CORAOPOLIS, PA – When Pittsburgh Penguins GM Jim Rutherford acquired Mark Streit for a fourth-round pick two drafts from now, he could not have imagined he would be without his top three puck-moving defensemen in the Eastern Conference final.
But his intelligence and experience told him that you can never have too many NHL-capable defensemen around if you’re on a long playoff run. And so it is that the 39-year-old Streit may see his first playoff action for the Penguins when they travel to Ottawa for Game 3 on Wednesday. If Justin Schultz, who was injured in Game 2 and is day-to-day with an upper-body injury, can’t play, we’re getting to the ball, tape and string stage when it comes to keeping the Penguins’ defense corps together. But having an experienced, poised and ready body to insert into the lineup will help.
The official line from the Penguins is that both Schultz and Patric Hornqvist are day-to-day with upper-body injuries. Bryan Rust, who left the game after taking a hit from Ottawa defenseman Dion Phaneuf, is day-to-day with an upper-body injury and is still being evaluated. Take that for what it’s worth. None appears to be coming back to the lineup in the short-term.
“We feel we’ve got capable people,” said Penguins coach Mike Sullivan. “We’re fortunate to have the depth we have. Mark is a guy who has invaluable experience. He’s a really savvy player and he can help us on our power play, help us get out of our zone. He’s a real good puck mover and that was one of the reasons why we acquired him when we did. He really helped us win games down the stretch, so if Mark is the guy we go to, we know he can continue to help us win games.”
But seriously, how can a team, even one as good as the Penguins, expect to win in the playoffs without its three most prolific puck movers from the back end? It has already had a profound effect on them. Combined with the Senators penchant for clogging things up, the Penguins have had much of their speed game taken away from them. But, to their credit, they refuse to use it as an excuse.
“Because we believe we have a good team and we have a deep team,” Sullivan said when asked that very question. “We have what it takes to win regardless of which guys are in our lineup. We have capable guys and I think this team has a chemistry that is a competitive advantage for us. We believe that. It’s just one more challenge that this team is going to have to face and find ways to overcome.”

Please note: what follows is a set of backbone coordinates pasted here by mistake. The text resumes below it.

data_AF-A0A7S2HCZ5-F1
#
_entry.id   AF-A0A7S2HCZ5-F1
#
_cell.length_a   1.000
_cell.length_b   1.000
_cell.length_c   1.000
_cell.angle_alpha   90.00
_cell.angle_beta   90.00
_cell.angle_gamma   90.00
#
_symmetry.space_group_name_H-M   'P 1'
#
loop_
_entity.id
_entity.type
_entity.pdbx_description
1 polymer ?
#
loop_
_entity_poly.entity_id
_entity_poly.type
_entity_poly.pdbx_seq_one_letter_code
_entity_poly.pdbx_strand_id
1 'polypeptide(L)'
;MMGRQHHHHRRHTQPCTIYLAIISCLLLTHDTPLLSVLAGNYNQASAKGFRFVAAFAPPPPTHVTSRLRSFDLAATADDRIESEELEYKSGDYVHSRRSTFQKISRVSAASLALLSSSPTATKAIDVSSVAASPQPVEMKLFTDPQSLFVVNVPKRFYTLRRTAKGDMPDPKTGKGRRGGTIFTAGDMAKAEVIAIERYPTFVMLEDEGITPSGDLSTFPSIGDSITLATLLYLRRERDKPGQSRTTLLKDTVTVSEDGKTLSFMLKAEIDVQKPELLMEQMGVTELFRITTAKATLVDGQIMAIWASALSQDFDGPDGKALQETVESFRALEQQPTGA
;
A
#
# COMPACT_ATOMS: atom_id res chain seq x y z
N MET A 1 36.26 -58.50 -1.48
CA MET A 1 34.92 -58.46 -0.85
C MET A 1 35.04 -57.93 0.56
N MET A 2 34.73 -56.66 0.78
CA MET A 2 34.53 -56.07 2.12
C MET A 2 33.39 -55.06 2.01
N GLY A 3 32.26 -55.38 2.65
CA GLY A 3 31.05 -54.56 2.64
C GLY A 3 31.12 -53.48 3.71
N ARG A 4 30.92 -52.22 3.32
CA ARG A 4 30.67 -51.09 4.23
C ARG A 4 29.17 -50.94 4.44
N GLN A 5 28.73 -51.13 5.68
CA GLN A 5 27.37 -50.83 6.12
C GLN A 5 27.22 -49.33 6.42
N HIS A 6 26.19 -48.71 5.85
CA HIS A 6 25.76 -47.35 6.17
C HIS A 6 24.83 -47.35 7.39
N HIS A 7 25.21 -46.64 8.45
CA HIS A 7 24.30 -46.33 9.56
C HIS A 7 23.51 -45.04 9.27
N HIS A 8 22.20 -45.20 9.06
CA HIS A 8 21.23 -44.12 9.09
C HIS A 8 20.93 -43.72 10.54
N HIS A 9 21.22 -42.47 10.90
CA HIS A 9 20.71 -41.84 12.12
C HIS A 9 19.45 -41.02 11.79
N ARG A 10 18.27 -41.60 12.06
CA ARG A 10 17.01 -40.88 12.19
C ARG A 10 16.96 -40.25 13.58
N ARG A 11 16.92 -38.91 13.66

It certainly helps when you’ve had a good amount of practice doing that. The Penguins’ patchwork defense corps has worked for them to this point. And their ability to adapt to a constantly changing cast of characters makes it easier to continue doing that. There has been much made of the fact the Penguins are beginning to show their frustration. Much of that has been attributed to the Senators and the way they have clogged up the ice, but there’s a chance it can also be traced back to the fact that the puck is not getting to the forwards as fluidly as it does when the likes of Kris Letang, Trevor Daley and Schultz are in the lineup.
“Everyone wants the puck, but sometimes it doesn’t work,” said Penguins center Evgeni Malkin. “Two games, we score two goals. It’s not easy. We want to score more. In the first game we have five power plays and we don’t score, of course a little bit we lose our minds.”
That was certainly part of what led to the heated exchanges on the Penguins bench that went viral. Phil Kessel, who scored the only goal of the game, was among the most animated players, but Malkin was also showing some angst, to the point where Sullivan had to get into his ear to calm him down. For his part, Malkin said he and Kessel are fine.
“We’re emotional guys and sometimes we’re not happy,” Malkin said. “I’m open and he doesn’t pass to me or the defenseman doesn’t pass to me. I want the puck more sometimes. Sully came to me after and said, ‘Be careful, be easy, save your emotions and just play the game.’ And he’s right. Sometimes we lose our minds for a couple of shifts, but after we have a rest in the commercial break and we talk to each other and we start playing the same way.”
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